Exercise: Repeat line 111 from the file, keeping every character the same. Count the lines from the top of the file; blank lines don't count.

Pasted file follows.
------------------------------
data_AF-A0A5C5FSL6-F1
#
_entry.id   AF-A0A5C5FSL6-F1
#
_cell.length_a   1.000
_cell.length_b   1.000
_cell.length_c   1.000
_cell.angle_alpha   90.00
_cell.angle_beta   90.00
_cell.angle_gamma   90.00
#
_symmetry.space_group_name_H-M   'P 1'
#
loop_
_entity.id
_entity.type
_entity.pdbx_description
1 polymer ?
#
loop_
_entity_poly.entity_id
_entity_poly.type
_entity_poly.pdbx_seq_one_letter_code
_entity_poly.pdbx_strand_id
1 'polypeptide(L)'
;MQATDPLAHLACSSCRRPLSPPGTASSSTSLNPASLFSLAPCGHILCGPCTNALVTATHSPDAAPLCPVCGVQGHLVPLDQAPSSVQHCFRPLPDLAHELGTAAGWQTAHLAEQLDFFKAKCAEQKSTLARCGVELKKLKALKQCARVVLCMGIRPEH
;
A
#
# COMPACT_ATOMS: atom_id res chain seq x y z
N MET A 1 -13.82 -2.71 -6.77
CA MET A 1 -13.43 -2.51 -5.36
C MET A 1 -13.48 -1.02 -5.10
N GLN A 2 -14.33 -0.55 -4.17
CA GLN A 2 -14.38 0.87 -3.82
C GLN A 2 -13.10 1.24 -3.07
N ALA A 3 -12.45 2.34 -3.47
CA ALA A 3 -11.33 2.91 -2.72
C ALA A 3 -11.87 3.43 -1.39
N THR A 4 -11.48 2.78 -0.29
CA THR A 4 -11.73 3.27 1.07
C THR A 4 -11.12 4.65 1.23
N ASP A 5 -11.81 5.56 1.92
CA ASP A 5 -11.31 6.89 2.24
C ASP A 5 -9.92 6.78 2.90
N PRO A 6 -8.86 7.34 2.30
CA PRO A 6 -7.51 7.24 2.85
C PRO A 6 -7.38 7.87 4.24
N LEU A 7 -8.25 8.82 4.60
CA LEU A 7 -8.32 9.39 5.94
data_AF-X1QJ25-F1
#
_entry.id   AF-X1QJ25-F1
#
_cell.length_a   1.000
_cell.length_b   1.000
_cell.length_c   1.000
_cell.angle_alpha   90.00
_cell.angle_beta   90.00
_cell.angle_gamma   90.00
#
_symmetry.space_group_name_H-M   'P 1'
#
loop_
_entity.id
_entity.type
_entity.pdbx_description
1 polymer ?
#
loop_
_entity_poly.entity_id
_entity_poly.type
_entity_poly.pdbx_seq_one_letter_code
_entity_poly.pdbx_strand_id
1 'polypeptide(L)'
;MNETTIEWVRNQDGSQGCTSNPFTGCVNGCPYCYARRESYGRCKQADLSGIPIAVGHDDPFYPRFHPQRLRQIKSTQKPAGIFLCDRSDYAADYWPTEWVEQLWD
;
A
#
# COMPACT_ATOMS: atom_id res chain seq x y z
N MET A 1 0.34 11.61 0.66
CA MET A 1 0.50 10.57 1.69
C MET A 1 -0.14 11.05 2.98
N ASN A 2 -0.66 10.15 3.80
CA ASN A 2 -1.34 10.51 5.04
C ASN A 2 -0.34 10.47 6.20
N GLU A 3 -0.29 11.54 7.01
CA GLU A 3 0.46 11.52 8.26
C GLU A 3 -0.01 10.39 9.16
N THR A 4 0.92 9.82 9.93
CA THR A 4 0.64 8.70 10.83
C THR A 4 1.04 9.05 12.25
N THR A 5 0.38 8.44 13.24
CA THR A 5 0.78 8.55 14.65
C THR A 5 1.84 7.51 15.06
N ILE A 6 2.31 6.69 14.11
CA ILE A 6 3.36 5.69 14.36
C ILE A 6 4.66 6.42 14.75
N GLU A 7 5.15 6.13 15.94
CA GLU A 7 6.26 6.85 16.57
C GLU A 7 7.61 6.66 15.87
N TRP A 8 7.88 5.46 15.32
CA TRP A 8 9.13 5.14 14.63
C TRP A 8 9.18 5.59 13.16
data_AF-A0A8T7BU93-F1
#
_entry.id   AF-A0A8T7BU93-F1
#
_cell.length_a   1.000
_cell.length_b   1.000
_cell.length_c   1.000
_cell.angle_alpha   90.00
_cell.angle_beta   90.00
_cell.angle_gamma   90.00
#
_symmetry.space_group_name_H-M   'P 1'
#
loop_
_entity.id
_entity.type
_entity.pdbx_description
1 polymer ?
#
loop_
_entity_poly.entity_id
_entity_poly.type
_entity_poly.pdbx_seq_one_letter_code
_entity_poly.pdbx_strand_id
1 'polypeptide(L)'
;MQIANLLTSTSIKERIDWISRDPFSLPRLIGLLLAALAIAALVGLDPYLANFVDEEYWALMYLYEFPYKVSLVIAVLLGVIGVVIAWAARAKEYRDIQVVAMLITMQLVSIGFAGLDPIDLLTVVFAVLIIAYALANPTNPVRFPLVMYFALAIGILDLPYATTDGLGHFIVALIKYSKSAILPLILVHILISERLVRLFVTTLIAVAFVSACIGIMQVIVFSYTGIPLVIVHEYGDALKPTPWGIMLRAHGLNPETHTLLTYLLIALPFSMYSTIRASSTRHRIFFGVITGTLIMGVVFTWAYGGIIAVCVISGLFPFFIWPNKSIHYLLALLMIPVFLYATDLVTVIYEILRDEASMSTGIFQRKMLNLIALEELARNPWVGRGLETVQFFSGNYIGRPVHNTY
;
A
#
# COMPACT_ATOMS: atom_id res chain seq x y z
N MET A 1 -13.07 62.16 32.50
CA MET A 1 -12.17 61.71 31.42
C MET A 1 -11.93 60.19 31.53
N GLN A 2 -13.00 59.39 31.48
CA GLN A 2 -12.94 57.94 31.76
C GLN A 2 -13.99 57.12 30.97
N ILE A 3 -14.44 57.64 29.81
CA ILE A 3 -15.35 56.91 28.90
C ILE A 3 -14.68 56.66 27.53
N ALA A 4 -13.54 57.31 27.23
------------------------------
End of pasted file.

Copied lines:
_cell.length_c   1.000